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  • The Westminster Arcade is now filled with micro apartments

    Chris Berger reports for Curbed: America's First Shopping Mall is Now Stuffed With Micro Homes.

    In 2008, Rhode Island's Providence Arcade was in trouble. Considered America's first indoor mall, the nearly 200-year-old downtown building closed after struggling to fill its cramped commercial spaces. The arcade needed an overhaul, but few viable options existed: when the possibility of a gut job arose, preservationists raised holy hell. In the end, the shopping center and its snug quarters proved just the right fit for a growing housing trend: micro apartments.

    Known as Westminster Arcade when it opened in 1828, the building marked the debut of English indoor shopping concept in the United States. Designed by architects Russell Warren and James Bucklin, the Greek Revival stone structure more resembles a courthouse than a shopping mall, what with its stately Ionic columns and sunlight-filled atrium with its glass gable roof. Shoppers browsed three floors of shops—or at least that was the idea; they never seemed willing to trudge up the stairs to the second and third floors.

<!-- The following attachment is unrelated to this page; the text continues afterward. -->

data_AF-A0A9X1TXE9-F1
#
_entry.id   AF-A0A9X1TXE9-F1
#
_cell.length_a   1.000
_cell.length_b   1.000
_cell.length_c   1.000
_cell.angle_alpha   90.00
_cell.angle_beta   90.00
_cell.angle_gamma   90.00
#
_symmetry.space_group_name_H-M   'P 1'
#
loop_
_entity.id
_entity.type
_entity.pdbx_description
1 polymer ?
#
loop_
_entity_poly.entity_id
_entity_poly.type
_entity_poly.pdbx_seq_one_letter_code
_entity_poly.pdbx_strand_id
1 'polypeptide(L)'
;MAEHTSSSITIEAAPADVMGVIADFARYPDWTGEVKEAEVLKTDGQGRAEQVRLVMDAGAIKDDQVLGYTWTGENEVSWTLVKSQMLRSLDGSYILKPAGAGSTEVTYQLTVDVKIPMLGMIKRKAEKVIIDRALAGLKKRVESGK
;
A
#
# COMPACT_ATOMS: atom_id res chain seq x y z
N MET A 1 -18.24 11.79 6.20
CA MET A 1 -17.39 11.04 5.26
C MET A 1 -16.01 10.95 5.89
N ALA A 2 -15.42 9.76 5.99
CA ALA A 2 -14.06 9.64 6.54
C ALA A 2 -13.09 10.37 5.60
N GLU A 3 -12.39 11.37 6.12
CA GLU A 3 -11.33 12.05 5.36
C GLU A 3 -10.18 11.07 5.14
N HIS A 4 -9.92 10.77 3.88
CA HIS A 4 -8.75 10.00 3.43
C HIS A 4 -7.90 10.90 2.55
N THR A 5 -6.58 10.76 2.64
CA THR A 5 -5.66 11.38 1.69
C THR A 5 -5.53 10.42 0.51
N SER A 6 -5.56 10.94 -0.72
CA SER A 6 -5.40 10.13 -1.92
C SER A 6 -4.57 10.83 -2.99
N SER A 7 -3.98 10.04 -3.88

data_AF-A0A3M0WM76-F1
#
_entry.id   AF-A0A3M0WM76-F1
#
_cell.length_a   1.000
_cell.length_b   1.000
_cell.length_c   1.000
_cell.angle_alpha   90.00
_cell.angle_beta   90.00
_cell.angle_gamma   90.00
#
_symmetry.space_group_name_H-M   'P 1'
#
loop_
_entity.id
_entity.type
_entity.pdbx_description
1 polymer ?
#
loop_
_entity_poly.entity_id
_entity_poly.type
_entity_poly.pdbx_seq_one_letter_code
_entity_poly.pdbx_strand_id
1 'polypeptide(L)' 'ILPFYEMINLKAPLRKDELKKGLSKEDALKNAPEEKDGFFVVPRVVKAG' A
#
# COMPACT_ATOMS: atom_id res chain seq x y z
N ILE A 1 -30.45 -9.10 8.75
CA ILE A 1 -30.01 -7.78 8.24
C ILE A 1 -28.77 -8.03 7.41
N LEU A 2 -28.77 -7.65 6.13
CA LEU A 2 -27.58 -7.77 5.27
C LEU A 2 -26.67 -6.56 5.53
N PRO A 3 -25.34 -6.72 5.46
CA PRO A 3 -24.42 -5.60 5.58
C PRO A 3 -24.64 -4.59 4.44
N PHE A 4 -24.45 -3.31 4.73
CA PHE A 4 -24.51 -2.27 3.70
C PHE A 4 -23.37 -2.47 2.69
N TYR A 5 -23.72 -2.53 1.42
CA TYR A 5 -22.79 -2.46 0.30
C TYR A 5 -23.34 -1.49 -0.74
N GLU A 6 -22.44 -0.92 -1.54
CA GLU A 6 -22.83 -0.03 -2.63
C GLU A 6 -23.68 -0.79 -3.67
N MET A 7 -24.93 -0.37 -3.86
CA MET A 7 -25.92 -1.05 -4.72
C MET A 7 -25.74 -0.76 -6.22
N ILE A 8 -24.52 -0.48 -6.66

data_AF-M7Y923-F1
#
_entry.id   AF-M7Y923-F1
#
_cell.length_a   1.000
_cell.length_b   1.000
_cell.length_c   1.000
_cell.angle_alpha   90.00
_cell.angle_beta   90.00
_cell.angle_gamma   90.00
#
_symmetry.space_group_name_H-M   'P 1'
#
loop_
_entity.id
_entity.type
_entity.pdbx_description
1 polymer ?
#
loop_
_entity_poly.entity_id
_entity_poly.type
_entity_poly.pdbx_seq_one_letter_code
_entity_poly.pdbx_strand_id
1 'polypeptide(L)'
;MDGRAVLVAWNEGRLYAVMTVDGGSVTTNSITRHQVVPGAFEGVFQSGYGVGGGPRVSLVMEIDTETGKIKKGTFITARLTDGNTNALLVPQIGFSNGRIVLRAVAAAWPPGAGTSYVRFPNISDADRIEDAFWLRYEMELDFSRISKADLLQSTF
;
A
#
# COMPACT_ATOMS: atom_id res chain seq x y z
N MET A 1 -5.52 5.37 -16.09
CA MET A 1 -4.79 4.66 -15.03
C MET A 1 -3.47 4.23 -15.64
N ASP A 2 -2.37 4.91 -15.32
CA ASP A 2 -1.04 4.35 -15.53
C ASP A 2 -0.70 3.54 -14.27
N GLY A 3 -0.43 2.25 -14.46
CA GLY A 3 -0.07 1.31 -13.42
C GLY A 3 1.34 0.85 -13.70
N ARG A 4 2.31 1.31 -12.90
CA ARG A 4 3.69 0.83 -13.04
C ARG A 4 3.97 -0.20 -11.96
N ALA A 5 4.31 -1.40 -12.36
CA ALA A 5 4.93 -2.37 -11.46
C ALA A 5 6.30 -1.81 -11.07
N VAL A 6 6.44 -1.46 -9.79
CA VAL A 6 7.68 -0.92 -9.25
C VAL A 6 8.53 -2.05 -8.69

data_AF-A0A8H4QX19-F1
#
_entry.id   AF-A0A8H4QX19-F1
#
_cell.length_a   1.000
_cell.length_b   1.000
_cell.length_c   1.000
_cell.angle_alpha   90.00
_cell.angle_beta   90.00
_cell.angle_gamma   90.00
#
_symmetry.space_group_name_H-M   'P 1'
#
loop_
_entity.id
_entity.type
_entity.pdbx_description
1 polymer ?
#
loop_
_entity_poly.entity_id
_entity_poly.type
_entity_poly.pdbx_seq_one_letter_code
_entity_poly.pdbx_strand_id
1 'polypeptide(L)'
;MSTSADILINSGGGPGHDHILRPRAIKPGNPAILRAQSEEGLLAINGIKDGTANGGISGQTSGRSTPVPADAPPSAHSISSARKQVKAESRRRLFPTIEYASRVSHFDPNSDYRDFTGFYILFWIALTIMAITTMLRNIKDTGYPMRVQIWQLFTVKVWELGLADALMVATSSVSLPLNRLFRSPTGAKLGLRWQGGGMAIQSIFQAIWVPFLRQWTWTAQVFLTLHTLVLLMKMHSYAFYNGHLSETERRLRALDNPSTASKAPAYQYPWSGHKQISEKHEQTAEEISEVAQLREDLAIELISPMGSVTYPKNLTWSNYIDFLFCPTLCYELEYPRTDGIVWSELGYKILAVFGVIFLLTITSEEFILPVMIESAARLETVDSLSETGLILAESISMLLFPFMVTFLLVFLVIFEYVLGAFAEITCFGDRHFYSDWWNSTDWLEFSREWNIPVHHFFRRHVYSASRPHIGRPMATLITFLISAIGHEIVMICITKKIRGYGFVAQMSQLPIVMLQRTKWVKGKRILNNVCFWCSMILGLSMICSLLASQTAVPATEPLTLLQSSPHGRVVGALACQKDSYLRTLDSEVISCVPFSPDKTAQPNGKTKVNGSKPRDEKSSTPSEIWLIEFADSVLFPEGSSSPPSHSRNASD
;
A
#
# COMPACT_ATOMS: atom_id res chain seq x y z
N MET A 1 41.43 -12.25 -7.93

The mall was nearly razed in 1944, but preservationists intervened, and it was spared. In 1976, the arcade was designated a National Historic Landmark, though businesses struggled. Even its 1980 renovation didn't help much, and it ultimately closed in 2008. "It had become economically obsolete," said J. Michael Abbott, a principal at Northeast Collaborative Architects. "When it was a full shopping center of all three floors, it just wasn't working. Shops were opening and closing all the time."

     

    Oft smaller than a hotel room, micro apartments have grown in popularity in recent years as more people cram into urban areas and housing prices escalate. The concept first gained popularity in European and Asian cities before projects popped up in San Francisco, Chicago, and Boston during the Great Recession. And so, developer Evan Granoff, who bought the Westminster Arcade in 2005, sought to introduce shoebox living to Providence. The construction practices of yore proved a challenge for the rehabilitation team, led by Northeast Collaborative Architects.